Who says great people don't run for president? At least if their wives say it's OK. . . . Or if the wives run themselves.

Susan Estrich is currently the Robert Kingsley Professor of Law and Political Science at the University of Southern California and a member of the Board of Contributors of USA Today. She writes the "Portia" column for American Lawyer Media and is a contributing editor of The Los Angeles Times. She was appointed by the president to serve on the National Holocaust Council and by the mayor of the City of Los Angeles to serve on that city's Ethics Commission.

Estrich's books include "Real Rape," "Getting Away with Murder: How Politics is Destroying the Criminal Justice System," "Dealing with Dangerous Offenders," "Making the Case for Yourself: A Diet Book for Smart Women" and "Sex & Power," currently a Los Angeles Times bestseller.

She served as campaign manager for Michael Dukakis' presidential bid, becoming the first woman to head a U.S. presidential campaign. Estrich appears regularly on the Fox News Channel.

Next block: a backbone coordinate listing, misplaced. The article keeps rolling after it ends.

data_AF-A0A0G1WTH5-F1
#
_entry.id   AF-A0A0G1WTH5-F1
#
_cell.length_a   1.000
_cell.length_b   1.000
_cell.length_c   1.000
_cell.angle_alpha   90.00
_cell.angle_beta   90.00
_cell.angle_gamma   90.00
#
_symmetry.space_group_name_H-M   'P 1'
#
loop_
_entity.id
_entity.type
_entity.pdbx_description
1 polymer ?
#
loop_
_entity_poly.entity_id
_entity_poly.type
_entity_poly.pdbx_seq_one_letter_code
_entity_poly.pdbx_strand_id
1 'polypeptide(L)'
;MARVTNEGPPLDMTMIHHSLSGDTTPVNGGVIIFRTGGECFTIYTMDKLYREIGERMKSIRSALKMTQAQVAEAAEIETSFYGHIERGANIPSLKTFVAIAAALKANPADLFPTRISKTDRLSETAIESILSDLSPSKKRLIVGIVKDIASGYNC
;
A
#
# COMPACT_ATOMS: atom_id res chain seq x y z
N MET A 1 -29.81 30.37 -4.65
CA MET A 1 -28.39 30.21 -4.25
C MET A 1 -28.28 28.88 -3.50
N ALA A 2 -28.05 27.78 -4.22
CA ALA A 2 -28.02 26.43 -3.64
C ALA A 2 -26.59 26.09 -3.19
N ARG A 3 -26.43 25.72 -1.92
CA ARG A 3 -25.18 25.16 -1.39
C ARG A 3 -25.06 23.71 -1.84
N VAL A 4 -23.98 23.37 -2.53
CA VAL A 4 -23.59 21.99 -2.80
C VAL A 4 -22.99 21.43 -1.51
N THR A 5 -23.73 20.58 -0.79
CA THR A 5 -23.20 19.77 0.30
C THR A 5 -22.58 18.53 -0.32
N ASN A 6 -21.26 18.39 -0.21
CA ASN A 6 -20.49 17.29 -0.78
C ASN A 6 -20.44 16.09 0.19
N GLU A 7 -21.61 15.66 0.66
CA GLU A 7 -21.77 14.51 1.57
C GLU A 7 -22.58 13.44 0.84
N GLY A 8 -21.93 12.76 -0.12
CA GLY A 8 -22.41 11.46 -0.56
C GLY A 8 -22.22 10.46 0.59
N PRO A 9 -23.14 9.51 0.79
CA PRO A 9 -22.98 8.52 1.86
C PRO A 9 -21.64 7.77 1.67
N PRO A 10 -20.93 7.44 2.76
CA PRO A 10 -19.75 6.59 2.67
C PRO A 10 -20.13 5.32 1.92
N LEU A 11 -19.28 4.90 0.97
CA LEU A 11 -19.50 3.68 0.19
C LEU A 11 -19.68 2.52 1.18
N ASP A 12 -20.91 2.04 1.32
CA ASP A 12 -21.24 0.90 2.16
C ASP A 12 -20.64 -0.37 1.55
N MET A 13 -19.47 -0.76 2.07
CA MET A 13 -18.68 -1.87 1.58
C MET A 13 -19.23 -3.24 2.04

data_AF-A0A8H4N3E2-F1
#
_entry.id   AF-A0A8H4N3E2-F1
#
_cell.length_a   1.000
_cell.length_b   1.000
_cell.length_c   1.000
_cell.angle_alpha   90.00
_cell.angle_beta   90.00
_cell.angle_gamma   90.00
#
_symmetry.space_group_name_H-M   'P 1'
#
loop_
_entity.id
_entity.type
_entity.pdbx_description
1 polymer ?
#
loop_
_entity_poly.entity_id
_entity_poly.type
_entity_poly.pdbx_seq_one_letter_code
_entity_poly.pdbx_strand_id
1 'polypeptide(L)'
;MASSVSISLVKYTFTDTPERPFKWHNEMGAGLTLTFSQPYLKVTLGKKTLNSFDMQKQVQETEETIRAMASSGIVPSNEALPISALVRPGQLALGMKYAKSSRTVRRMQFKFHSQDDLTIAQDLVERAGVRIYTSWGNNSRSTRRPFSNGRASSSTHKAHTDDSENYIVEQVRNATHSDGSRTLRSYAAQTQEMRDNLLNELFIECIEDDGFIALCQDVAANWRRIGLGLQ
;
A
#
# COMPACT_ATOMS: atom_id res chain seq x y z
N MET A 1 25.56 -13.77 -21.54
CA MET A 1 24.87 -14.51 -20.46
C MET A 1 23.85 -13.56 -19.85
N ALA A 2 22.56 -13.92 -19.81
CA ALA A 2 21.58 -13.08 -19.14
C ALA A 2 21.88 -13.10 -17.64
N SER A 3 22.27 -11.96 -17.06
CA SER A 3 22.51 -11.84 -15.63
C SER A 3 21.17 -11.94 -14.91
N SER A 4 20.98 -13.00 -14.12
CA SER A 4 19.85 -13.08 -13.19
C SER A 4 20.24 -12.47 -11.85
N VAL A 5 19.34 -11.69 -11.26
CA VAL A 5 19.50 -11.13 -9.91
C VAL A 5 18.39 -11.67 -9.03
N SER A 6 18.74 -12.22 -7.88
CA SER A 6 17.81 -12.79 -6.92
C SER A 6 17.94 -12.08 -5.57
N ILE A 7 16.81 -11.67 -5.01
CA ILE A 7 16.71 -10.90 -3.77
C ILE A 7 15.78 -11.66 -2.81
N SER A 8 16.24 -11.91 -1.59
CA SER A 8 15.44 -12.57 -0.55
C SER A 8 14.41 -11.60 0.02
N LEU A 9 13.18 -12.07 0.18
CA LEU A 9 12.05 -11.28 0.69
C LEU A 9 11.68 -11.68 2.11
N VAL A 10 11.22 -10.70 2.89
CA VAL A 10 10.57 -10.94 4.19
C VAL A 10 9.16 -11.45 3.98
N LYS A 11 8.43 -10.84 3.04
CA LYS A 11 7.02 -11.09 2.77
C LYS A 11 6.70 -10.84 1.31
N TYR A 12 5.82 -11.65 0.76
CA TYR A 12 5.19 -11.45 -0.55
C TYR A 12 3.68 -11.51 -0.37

Respond to the Writer

Susan Estrich is currently the Robert Kingsley Professor of Law and Political Science at the University of Southern California and a member of the Board of Contributors of USA Today. She writes the "Portia" column for American Lawyer Media and is a contributing editor of The Los Angeles Times. She was appointed by the president to serve on the National Holocaust Council and by the mayor of the City of Los Angeles to serve on that city's Ethics Commission.

A woman of firsts, she was the first woman president of the Harvard Law Review and the first woman to head a national presidential campaign (Dukakis). Estrich is committed to paving the way for women to assume positions of leadership.

Books by Estrich include "Real Rape," "Getting Away with Murder: How Politics is Destroying the Criminal Justice System" and "Dealing with Dangerous Offenders." Her book "Making the Case for Yourself: A Diet Book for Smart Women," is a departure from her other works, encouraging women to take care of themselves by engaging the mind to fight for a healthy body. Her latest book, The Los Angeles Times bestseller, "Sex & Power," takes an impassioned look at the division of power between men and women in the American workforce, proving that the idea of gender equality is still just an idea.